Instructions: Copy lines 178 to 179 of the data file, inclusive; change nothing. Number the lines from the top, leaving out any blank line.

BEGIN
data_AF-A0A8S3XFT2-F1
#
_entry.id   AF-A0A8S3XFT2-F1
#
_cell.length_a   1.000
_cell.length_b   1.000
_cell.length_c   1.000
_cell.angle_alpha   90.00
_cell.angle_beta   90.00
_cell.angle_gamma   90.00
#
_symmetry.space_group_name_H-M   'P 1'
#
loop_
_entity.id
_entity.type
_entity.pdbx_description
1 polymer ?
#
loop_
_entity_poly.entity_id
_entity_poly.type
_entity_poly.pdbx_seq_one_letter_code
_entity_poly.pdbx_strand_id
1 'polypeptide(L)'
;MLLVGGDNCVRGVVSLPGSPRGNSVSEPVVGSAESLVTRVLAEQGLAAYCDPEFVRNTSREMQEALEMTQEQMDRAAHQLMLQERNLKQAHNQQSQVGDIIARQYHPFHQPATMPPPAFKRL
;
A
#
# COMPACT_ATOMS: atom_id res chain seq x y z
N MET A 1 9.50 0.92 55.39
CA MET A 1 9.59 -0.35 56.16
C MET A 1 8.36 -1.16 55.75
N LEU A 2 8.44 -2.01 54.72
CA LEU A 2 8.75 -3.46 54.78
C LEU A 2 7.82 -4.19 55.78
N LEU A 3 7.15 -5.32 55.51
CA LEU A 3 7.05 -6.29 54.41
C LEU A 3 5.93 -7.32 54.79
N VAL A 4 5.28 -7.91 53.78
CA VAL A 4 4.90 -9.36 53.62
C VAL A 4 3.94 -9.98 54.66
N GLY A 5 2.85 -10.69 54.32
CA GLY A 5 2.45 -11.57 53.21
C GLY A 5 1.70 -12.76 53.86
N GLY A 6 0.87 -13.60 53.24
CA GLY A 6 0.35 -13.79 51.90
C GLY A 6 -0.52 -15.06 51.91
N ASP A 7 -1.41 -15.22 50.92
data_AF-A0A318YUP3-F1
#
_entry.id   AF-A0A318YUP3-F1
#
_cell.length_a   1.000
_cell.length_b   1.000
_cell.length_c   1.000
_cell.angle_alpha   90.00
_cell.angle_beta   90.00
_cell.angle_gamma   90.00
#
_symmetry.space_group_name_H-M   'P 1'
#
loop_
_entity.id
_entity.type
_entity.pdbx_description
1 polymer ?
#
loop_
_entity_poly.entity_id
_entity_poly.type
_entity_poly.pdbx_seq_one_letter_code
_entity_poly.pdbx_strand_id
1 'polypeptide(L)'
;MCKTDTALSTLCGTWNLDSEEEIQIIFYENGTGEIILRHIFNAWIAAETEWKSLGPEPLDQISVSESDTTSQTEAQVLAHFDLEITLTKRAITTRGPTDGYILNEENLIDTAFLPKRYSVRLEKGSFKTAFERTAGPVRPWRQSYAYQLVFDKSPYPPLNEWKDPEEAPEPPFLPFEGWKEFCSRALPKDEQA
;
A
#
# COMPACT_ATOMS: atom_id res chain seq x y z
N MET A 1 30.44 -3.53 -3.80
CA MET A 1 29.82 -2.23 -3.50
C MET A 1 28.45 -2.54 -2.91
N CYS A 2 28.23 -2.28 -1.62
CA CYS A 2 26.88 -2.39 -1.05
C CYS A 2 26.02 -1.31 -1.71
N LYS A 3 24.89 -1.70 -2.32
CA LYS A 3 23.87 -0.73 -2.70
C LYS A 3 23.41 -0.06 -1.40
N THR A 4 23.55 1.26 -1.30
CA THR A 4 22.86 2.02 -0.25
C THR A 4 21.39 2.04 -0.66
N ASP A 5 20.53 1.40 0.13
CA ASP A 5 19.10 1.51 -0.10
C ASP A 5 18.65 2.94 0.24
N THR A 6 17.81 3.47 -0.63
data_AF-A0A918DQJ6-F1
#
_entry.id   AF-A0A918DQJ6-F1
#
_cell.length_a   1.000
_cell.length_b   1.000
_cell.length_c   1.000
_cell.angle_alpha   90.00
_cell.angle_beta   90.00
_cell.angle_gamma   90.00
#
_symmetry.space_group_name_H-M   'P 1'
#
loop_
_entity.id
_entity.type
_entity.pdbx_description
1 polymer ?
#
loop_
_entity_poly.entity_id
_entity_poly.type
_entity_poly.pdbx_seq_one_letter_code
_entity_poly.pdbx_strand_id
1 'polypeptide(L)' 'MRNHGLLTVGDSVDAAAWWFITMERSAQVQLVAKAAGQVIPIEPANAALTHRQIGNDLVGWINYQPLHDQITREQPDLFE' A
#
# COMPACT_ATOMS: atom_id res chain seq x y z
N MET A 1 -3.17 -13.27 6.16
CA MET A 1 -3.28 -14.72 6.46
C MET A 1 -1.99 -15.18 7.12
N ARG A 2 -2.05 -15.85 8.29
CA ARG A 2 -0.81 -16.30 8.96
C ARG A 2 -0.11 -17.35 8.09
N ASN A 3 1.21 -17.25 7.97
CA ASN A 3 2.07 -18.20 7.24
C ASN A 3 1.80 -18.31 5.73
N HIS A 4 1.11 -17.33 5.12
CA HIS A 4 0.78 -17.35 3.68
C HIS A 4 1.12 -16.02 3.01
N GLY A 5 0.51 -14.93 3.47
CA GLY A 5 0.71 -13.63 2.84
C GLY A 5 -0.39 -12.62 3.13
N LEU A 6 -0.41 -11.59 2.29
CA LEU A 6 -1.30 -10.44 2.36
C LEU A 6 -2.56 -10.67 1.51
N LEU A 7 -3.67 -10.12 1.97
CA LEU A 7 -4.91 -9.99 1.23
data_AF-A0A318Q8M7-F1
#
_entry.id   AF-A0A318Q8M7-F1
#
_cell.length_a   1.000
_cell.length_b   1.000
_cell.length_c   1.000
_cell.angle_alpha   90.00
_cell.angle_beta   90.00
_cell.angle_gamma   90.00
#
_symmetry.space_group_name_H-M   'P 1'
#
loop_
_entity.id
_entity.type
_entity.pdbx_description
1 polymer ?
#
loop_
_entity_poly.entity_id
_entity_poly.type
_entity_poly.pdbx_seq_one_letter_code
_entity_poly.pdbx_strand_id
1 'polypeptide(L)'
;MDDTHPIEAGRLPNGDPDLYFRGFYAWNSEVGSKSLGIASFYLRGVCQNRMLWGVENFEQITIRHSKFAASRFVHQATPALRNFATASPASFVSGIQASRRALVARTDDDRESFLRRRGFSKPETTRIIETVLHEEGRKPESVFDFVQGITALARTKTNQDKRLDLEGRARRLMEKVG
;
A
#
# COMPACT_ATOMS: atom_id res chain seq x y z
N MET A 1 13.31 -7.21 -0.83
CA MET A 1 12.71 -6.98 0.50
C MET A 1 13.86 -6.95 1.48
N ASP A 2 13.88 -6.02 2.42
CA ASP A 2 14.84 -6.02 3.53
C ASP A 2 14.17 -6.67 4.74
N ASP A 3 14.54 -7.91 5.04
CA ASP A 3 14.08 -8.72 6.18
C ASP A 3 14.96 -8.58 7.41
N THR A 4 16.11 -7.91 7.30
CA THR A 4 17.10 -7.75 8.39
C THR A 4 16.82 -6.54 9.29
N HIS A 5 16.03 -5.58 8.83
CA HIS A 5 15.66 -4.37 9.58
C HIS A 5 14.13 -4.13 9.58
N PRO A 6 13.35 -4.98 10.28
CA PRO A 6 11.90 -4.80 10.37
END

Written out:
C ASP A 2 14.17 -6.67 4.74
N ASP A 3 14.54 -7.91 5.04